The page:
Security Trumps Ideology

Comparison of Land Reforms in Japan and South Korea during the u.s. Military Occupation

in Journal of American-East Asian Relations
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An important unresolved issue in u.s. policy in Asia after World War ii is the variation in the scale of land reforms in Japan and southern Korea during postwar American military occupation of these nations. The u.s. occupation authority in Japan conducted sweeping land redistribution, while the military government in Korea implemented very limited reform of landholding. This study asserts that the source of the variation lies in the different degrees of security threat to the two u.s. occupations. In Japan, the United States enjoyed a favorable security environment. No political force, either internal or external, challenged the authority of the occupation. Without fear of the islands falling to a hostile rival, u.s. occupation leaders focused on dissolving the concentration of wealth in rural society. By contrast, south of the 38th parallel in Korea, the u.s. occupation had to deal with challenges strong domestic Communist groups posed to its authority. In this unfavorable security environment, land reform might exacerbate existing chaos. The u.s. military government had to accommodate landed conservative elites as its governing partners to counter Communist organizations. Later, these former partners grew strong enough to block u.s. efforts to alter landholding and forced the occupiers to return home after only partial reform.

Security Trumps Ideology

Comparison of Land Reforms in Japan and South Korea during the u.s. Military Occupation

in Journal of American-East Asian Relations

References

7

David M. EdelsteinOccupational Hazards: Success and Failure in Military Occupation (Ithaca, NY: Cornell University Press2008) 6.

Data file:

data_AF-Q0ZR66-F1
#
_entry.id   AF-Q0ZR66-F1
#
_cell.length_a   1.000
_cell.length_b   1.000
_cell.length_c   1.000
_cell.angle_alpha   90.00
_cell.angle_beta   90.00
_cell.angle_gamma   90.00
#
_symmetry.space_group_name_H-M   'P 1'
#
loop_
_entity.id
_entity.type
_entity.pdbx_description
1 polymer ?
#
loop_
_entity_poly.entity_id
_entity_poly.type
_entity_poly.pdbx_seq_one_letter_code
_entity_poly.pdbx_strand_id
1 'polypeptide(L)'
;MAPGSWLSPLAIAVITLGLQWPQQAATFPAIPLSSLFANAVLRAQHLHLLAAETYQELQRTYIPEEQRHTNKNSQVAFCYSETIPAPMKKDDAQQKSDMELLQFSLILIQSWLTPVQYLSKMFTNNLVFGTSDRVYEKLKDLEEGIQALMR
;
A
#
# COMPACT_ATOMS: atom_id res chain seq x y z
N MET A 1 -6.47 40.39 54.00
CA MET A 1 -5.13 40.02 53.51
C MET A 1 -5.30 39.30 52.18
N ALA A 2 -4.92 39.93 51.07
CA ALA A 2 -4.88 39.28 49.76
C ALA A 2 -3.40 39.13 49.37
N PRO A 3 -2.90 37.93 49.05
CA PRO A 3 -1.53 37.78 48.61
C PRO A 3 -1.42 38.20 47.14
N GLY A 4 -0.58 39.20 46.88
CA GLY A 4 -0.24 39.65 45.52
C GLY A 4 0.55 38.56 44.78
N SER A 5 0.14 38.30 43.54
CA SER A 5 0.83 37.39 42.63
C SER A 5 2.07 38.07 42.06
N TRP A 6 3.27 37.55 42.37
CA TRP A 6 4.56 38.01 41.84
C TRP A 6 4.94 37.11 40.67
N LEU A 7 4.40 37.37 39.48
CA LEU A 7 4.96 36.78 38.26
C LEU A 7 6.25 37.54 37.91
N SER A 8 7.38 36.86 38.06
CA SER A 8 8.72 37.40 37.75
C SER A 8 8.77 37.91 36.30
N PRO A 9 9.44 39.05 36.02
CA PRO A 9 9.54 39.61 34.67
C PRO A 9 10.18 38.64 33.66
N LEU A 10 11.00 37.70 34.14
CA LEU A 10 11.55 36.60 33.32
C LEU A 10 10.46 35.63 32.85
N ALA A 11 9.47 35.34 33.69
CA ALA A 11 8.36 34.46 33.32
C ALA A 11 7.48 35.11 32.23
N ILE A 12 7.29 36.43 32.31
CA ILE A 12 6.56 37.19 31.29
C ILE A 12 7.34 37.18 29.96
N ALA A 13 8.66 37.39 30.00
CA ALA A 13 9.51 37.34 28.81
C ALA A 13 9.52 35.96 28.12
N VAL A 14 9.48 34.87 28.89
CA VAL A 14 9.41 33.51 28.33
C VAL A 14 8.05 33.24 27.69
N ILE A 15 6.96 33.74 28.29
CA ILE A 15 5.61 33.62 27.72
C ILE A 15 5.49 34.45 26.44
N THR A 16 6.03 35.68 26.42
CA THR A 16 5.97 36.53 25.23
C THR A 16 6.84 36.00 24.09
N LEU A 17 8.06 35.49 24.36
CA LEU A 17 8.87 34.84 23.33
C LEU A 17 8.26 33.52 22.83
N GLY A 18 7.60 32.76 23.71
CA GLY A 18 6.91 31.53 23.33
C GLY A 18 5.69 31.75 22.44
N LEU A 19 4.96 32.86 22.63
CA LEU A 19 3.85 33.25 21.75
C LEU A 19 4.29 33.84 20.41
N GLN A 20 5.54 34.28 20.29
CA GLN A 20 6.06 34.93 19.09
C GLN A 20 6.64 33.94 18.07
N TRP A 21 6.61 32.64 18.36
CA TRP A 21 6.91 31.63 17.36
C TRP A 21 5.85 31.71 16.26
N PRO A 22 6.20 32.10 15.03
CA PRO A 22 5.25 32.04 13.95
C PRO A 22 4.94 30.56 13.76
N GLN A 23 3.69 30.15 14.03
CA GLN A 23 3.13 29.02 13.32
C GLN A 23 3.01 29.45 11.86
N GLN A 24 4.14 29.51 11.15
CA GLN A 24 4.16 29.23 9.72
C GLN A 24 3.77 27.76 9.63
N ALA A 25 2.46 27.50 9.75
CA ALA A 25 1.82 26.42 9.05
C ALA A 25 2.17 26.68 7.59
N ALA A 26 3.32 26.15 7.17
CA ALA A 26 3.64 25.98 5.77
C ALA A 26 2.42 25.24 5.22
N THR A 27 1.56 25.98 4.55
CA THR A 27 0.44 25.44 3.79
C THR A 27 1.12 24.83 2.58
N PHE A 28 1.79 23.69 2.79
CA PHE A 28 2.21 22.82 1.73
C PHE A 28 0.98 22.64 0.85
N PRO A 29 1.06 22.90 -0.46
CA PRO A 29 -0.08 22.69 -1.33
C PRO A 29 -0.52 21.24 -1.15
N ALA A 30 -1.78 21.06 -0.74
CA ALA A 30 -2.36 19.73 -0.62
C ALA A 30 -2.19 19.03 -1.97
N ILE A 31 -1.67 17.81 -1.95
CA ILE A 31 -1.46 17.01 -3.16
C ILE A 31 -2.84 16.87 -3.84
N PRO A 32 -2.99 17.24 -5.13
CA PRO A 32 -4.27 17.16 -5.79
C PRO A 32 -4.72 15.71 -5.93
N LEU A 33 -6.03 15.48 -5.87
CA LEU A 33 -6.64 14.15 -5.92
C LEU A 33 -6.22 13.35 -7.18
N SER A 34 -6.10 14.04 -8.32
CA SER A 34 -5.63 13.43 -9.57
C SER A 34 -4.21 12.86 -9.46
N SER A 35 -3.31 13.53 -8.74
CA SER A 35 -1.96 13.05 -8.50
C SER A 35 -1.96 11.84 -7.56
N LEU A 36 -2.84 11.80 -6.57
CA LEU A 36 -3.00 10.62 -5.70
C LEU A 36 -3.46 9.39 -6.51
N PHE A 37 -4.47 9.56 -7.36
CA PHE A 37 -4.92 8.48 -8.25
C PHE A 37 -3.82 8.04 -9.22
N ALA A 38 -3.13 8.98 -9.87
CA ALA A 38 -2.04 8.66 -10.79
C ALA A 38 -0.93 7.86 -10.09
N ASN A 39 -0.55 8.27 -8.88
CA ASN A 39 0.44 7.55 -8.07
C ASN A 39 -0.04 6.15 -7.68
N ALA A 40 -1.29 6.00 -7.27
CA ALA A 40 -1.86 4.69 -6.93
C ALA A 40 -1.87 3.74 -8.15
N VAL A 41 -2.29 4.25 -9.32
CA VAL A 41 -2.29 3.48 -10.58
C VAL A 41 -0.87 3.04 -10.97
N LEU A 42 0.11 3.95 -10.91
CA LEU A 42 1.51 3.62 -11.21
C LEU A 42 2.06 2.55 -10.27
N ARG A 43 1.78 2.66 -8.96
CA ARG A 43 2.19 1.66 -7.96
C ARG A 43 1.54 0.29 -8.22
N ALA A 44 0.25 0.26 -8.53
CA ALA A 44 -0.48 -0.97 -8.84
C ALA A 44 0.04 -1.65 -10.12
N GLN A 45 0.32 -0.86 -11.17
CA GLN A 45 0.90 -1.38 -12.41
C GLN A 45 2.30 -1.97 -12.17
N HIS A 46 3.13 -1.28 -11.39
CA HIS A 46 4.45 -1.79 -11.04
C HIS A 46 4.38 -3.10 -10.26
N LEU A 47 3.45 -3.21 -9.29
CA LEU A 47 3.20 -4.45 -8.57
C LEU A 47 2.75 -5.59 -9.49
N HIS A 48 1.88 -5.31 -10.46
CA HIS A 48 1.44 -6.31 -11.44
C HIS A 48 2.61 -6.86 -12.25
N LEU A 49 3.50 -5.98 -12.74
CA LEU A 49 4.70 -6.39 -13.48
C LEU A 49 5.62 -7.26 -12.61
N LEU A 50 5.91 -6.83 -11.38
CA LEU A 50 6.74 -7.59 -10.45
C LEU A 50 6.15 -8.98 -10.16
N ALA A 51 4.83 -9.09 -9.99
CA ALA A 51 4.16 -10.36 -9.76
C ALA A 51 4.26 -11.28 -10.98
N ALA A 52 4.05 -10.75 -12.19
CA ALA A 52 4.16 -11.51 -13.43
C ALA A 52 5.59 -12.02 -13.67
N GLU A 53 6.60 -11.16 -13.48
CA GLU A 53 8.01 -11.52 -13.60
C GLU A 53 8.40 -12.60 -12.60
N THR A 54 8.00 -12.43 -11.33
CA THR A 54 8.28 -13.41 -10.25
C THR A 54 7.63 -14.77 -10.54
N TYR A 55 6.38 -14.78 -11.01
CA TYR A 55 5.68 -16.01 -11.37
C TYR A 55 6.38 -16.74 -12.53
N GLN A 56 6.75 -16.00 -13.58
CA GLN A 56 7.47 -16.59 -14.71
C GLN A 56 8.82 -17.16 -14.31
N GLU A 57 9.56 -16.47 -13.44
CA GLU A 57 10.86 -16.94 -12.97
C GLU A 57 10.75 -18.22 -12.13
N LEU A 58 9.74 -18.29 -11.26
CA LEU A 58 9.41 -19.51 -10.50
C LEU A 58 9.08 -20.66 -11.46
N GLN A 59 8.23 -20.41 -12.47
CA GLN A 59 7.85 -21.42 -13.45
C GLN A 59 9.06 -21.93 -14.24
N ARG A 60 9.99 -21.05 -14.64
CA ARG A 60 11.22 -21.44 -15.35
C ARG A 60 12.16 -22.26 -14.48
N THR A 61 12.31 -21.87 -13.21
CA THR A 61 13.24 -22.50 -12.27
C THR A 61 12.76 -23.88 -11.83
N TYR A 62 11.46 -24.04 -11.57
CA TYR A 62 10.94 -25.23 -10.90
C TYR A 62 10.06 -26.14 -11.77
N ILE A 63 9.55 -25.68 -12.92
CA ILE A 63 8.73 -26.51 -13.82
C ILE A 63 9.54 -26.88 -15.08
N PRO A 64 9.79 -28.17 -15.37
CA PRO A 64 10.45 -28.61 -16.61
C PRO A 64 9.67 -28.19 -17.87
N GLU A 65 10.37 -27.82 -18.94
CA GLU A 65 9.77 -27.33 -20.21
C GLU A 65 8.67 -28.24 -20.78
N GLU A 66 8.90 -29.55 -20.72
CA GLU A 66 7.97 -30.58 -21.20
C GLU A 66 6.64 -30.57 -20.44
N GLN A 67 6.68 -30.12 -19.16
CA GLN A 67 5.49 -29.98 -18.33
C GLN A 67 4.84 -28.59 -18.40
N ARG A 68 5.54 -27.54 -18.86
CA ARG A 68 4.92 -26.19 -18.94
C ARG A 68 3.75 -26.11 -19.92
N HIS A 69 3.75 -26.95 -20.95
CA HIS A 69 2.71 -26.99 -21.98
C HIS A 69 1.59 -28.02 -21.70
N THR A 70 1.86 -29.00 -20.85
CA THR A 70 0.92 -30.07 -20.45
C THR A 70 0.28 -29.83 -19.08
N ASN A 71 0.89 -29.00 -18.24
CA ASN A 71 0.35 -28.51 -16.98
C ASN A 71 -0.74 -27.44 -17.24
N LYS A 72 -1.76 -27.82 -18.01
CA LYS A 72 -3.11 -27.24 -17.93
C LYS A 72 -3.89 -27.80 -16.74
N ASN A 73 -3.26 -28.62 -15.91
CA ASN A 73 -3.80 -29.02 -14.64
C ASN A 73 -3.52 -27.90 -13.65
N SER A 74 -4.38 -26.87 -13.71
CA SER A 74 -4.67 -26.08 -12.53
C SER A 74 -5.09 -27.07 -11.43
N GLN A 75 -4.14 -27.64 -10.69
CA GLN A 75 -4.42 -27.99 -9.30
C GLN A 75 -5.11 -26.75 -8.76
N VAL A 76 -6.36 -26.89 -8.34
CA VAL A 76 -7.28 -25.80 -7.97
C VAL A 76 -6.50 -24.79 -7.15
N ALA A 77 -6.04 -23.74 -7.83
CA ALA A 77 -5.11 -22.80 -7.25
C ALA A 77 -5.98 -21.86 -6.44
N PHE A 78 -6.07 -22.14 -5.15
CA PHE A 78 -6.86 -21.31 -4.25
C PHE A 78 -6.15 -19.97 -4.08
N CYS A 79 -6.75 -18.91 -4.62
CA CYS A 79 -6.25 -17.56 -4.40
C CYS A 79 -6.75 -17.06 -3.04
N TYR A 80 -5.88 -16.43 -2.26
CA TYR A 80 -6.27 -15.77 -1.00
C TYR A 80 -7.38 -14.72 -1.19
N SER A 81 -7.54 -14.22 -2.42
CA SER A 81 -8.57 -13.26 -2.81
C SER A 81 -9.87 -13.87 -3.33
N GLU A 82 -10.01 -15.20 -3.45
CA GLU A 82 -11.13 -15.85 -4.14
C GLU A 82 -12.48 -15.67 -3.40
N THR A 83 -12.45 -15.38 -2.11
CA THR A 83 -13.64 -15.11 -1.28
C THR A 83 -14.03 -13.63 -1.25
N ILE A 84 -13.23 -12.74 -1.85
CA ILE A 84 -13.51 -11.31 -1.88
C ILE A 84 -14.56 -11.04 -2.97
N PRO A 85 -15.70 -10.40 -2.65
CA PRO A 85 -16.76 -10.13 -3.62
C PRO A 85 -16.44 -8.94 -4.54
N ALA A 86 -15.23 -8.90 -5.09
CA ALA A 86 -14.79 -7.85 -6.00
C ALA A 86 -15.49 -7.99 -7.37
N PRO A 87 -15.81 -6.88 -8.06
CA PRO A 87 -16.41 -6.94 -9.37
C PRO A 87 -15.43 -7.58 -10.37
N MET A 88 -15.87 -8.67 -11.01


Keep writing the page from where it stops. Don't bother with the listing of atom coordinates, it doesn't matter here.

8

John M. Owen“The Foreign Imposition of Domestic Institutions,” International Organization 56 no. 2 (Spring 2002) 375–409.

10

Mark L. HaasThe Ideological Origins of Great Power Politics 1789–1989 (Ithaca, NY: Cornell University Press2005) 32.

15

Allan R. MillettThe War for Korea 1945–1950: A House Burning (Lawrence: University Press of Kansas2005) 43.

16

CumingsLiberation and the Emergence of Separate Regimes p. 71 73.

17

MillettThe War for Korea 1945–1950 p. 46.

24

CumingsLiberation and the Emergence of Separate Regimes pp. 93–94.

25

Ibid. pp. 414–18.

28

Mark GaynJapan Diary (New York: William Sloane1948) 433.

31

CumingsLiberation and the Emergence of Separate Regimes pp. 351–81; Matray “Development Delayed” pp. 36–39; Jinwung Kim “A Policy of Amateurism: The Rice Policy of the u.s. Army Military Government in Korea 1945–1948” Korea Journal 47 no. 2 (Summer 2007) 224–26.

32

 See Hyun-su Jeon with Gyoo Kahng“The Shtykov Diaries: New Evidence of Soviet Policy in Korea,” Cold War International History Project Bulletinnos. 6–7 (Winter 1995/1996) 69 92–93.

33

Gi-wook Shin“The Historical Making of Collective Action: The Korean Peasant Uprisings of 1946,” American Journal of Sociology 99 no. 6 (May 1994) 1606.

34

MillettThe War for Korea 1945–1950 p. 105.

38

C. Clyde Mitchell“Land Reform in South Korea,” Pacific Affairs 22 no. 2 (June 1949) 148.

43

Eiji TakemaeThe Allied Occupation of Japan and Its Legacy (New York: Continuum2002) 344.

45

TakemaeThe Allied Occupation p. 340.

46

Shigeru YoshidaThe Yoshida Memoirs: The Story of Japan in Crisis (Cambridge, MA: Riverside1962) 197.

55

Gilmartin and Ladejinsky“The Promise of Agrarian Reform in Japan” pp. 318–19.

56

Eiji Takemae“Early Postwar Reformist Parties,” in Democratizing Japan: The Allied OccupationRobert E. Ward and Sakamoto Yoshikazu eds. (Honolulu: University of Hawaii Press1987) 339–42.

57

Ibid. p. 349.

58

 For example on 20 May 1946scap issued a statement that it would not permit the jcp to continue to incite mass violence and would intervene to restore order. See “scap Warning to the jcp against Incitation to Mass Violence” 20 May 1946 scap Economic and Scientific Section Labor Division box 8497 rg 331 na ii.

59

ChiraCautious Revolutionaries p. 96.

60

TakemaeThe Allied Occupation p. 342.

63

ChiraCautious Revolutionaries pp. 99–102.

64

TakemaeThe Allied Occupation p. 344.

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